While atheists and humanists reject the existence of any gods for lack of evidence, atheism and humanism are not synonymous. Many atheists and humanists are good people, but atheism in and of itself is not supported by an ethical system to guide behaviour. Not all those who don’t believe in a god have fully moved past societal prejudices and old programming—and not all have cultivated empathy in a way that engenders compassion for others and builds a sense of egalitarianism.

Those who criticize the nontheistic movement for not being more engaged with progressive issues may have valid points about our need to do more, but they may also be falling into the trap of thinking that all flavours of nontheist are indeed the same—that “atheist” and “humanist” are synonyms. Statistically, the majority of us are progressives who eschew bigotry, economic injustice, and unbridled destruction of the environment. The majority of atheists and other nontheists hold humanist values even if they don’t use that word to self-identify. Those nontheists who don’t embrace humanist values can sometimes generate the most noise within the larger community.

We humanists are certainly doing our share of “good.” We just aren’t often visible. Over the decades those of us who fit the secular “progressive activist” label have joined, contributed to, and worked within the organizations that focus on each of our particular interests: the Sierra Club, Black Lives Matter, Greenpeace, the National Organization for Women, the National Council of La Raza, Planned Parenthood, the Human Rights Campaign, and many more. We participate in peace rallies, gay pride parades, and civil rights marches. We join protests like Occupy Wall Street. The list goes on. We are there doing the work but may be unrecognized for our secularism, for our humanism.

Our next step as a movement, especially within the American Humanist Association (AHA) is to achieve acceptance, which can be an uphill battle in the face of historical discrimination against nontheists. For example, a few years ago the Stiefel Freethought Foundation wanted to make a substantial donation to the American Cancer Society. Those humanist funds were apparently rejected because the American Cancer Society didn’t want to be associated with “atheists.” Somehow it’s seen as a threat if we receive recognition as contributors to good deeds and humanitarian efforts. It’s a challenge to some peoples’ faith when we demonstrate that you can be good without a god, showing that belief in the divine is unnecessary to being a good person. Believe if you want to, but it’s not a requirement for goodness, just as being a believer is not a guarantee of good behaviour.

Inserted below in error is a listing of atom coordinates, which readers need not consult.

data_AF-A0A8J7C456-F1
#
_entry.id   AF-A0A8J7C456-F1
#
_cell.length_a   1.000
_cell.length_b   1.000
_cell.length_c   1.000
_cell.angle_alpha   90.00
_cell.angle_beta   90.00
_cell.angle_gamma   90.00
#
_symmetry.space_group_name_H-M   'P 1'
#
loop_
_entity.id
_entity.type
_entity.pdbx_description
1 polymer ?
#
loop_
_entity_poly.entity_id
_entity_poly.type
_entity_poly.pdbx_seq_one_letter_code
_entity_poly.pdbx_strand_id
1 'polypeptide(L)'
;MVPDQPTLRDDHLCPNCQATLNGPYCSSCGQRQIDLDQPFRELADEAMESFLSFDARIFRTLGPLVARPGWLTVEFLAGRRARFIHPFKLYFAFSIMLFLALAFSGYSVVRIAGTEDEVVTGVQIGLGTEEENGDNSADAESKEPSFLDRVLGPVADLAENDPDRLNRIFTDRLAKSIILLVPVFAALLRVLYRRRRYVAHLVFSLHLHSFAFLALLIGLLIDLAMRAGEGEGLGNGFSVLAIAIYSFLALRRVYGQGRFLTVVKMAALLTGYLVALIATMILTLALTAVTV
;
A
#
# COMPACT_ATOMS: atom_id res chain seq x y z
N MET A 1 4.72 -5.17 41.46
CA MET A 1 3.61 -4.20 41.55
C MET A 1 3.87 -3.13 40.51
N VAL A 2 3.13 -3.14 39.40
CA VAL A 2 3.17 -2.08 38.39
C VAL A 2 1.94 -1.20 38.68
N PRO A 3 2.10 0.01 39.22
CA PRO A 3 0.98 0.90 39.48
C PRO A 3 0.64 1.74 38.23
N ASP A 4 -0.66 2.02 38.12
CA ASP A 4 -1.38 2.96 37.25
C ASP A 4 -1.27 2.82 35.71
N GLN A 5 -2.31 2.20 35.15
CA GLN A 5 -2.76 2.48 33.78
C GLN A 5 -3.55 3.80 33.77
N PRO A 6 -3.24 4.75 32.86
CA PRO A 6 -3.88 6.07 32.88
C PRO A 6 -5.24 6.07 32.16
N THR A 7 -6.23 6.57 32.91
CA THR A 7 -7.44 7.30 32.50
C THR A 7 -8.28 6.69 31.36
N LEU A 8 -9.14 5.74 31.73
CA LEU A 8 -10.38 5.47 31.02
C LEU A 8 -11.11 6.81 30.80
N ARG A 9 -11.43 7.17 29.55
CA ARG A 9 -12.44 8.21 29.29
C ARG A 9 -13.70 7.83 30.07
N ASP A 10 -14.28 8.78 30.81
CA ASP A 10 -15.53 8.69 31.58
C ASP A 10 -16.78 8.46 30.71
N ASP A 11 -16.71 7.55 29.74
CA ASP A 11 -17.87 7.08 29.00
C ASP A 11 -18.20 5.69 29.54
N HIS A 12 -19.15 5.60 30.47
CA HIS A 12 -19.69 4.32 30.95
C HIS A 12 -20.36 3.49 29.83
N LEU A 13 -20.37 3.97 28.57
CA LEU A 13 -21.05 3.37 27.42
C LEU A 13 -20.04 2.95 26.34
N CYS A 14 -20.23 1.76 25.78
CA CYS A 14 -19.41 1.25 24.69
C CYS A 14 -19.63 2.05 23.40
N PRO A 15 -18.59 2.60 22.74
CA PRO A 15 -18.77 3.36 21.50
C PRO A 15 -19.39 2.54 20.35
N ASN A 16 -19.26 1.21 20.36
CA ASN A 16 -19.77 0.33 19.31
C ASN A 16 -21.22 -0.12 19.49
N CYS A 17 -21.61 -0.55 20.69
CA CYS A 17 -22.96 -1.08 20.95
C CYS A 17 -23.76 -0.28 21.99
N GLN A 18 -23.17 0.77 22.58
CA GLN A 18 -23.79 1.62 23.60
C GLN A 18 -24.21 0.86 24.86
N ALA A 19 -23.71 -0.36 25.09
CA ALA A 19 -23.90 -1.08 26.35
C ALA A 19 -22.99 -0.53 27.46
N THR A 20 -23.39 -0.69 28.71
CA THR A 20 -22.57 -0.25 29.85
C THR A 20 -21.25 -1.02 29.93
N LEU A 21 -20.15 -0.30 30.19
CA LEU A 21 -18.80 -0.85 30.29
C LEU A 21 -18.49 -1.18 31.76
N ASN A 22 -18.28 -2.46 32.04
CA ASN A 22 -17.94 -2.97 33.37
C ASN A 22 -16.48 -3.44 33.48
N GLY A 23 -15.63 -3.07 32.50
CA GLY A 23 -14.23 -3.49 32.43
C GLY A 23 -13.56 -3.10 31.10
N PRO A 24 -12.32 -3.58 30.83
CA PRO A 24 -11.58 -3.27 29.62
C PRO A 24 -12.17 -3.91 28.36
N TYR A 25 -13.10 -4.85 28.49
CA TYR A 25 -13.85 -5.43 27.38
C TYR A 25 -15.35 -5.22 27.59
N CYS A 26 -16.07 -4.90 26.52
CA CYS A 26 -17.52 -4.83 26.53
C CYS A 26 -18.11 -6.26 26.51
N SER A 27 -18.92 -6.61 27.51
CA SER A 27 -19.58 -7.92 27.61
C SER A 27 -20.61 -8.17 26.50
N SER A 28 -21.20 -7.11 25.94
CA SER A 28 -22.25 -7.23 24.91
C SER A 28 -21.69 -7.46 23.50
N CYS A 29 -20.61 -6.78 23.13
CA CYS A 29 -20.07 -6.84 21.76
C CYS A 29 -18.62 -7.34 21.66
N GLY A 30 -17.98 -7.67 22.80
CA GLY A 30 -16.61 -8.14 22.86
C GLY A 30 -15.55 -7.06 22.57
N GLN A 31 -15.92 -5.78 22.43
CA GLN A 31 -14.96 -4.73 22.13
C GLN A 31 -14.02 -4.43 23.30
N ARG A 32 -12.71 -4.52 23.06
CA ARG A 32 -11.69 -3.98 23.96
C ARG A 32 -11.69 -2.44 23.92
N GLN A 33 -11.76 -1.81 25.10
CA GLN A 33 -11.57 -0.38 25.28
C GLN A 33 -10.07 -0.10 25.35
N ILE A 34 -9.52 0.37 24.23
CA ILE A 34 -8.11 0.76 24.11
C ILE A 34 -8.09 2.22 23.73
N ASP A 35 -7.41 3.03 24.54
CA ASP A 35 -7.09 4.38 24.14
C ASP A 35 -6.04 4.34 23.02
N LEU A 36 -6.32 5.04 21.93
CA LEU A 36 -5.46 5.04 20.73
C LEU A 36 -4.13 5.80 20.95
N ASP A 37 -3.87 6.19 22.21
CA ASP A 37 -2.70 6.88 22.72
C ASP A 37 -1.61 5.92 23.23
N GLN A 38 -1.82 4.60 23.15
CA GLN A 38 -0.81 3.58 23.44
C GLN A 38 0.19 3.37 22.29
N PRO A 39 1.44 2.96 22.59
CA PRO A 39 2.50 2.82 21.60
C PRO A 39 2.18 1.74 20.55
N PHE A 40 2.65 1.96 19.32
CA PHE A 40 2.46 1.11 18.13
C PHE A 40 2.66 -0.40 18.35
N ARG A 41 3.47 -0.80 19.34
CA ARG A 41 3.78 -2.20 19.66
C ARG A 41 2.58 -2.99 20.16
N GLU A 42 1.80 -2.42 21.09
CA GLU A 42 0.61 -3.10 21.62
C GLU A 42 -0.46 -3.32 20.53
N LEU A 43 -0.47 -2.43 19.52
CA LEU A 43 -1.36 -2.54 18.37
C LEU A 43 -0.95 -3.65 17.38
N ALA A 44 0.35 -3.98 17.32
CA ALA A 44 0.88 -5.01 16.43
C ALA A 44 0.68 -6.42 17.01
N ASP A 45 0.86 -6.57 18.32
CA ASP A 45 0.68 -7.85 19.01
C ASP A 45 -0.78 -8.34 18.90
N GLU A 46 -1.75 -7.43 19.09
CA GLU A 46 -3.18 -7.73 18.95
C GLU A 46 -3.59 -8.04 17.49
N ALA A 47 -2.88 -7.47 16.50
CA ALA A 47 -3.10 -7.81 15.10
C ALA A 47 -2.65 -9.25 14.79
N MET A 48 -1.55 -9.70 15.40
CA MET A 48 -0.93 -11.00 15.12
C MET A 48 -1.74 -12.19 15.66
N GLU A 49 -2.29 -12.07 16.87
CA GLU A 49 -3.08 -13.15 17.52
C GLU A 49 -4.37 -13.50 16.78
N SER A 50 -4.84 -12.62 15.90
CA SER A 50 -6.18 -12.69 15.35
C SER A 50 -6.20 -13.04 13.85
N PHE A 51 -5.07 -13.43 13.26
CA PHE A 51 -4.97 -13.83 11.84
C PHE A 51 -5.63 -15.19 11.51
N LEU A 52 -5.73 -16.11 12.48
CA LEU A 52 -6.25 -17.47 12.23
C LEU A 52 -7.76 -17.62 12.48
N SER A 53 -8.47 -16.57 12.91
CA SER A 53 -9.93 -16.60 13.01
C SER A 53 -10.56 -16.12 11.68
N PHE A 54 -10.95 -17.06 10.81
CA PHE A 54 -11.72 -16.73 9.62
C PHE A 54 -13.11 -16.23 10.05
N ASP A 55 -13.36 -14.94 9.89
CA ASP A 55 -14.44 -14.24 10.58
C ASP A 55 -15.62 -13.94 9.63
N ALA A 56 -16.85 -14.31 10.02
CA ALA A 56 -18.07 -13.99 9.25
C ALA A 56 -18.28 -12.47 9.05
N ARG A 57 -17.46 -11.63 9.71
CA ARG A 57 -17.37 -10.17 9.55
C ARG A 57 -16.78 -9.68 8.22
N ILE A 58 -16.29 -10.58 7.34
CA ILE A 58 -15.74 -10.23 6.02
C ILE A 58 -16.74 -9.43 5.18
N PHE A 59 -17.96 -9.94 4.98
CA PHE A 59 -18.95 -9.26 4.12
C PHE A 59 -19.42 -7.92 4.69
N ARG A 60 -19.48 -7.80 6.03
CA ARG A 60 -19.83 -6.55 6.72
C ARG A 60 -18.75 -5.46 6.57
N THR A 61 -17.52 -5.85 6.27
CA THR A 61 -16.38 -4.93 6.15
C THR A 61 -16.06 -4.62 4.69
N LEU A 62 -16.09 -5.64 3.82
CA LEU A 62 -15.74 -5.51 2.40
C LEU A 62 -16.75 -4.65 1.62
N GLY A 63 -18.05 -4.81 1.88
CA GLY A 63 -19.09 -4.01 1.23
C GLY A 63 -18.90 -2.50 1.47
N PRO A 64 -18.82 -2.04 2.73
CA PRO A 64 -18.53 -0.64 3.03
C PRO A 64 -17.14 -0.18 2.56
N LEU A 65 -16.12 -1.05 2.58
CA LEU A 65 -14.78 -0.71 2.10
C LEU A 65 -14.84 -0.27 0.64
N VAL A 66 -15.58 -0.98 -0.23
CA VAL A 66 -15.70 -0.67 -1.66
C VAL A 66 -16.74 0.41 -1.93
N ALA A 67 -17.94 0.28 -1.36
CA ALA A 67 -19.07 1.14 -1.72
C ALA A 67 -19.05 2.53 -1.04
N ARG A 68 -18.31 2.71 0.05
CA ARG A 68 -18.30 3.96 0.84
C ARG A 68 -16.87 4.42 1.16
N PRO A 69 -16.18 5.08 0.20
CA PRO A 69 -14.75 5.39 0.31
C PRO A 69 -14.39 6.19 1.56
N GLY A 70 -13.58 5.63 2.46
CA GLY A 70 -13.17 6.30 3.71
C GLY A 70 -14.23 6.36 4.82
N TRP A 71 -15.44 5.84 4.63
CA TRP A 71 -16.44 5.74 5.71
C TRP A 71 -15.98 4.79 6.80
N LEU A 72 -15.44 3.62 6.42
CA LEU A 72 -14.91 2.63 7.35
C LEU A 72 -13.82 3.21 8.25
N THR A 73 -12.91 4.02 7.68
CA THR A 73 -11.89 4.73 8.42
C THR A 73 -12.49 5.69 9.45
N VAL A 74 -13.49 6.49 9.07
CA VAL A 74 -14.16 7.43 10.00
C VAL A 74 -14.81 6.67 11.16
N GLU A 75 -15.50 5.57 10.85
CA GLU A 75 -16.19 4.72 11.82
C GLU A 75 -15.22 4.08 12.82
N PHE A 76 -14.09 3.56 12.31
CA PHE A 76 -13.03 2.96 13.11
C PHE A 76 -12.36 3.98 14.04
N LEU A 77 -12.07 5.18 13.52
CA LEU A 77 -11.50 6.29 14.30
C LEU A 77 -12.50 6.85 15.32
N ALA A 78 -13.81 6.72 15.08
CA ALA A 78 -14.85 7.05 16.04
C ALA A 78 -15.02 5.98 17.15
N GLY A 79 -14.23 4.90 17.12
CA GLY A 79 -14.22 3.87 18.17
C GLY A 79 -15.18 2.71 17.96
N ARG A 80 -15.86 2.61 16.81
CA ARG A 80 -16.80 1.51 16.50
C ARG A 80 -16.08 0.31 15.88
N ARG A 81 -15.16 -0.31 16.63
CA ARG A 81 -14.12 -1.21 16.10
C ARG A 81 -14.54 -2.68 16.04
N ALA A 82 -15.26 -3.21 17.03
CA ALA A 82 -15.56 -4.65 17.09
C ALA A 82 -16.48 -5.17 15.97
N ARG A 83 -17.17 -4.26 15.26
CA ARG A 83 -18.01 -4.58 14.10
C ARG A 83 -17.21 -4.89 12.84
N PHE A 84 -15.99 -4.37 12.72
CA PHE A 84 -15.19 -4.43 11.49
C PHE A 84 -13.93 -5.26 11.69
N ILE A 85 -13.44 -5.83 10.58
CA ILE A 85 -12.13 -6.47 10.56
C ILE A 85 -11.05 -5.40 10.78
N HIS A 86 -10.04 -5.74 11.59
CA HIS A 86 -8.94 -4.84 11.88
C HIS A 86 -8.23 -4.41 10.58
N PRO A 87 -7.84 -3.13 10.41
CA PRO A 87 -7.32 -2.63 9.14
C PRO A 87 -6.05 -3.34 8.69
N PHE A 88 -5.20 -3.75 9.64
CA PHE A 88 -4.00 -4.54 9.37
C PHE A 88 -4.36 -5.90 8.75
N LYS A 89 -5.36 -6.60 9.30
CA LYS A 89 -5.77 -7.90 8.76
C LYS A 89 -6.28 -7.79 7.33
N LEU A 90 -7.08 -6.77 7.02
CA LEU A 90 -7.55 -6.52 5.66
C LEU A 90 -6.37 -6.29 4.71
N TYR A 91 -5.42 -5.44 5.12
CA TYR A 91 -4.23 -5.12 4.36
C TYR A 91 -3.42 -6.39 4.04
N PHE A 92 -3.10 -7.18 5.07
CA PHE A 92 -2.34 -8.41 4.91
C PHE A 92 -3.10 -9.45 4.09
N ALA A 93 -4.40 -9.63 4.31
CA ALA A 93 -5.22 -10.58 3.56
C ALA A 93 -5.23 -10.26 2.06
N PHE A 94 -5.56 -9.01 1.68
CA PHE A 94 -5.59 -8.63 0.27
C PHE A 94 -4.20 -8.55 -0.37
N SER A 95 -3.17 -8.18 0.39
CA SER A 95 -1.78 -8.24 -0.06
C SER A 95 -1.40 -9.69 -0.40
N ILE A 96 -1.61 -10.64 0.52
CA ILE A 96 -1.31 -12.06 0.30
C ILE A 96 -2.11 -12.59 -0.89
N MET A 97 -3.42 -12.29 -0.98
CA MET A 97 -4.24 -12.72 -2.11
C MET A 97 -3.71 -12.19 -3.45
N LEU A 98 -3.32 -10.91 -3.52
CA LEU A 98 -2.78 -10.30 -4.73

Our culture would benefit from a greater recognition of humanism and the role it plays within the nontheistic movement. The American Humanist Association defines humanism as follows: Humanism is a progressive philosophy of life that, without theism or other supernatural beliefs, affirms our ability and responsibility to lead ethical lives of personal fulfilment that aspire to the greater good of humanity.

Unpacking that statement a bit, several points become evident, not just about what humanists don’t believe, but what we do believe. Humanists hold progressive views about society and daily living. Humanists don’t believe in gods. Humanists believe that humans are capable of living meaningful, ethical lives. Humanists believe in our human power to change the world for the better. We also believe in our responsibility to use the abilities we have for the betterment of ourselves and our world.

When writers and thinkers began discussing the “New Atheism” as an alternative to existing establishments, the focus was on rejecting religious belief, criticizing irrational thinking, and debunking outrageous claims. What was sometimes lost was a sense of why it’s important to do these things: magical thinking writ large impairs a community’s best thinking. Standards for ethical behaviour were too often absent from much of the dialogue within New Atheism. The rights of those historically subjugated and the moral standards for interpersonal behaviour were left to individual conscience.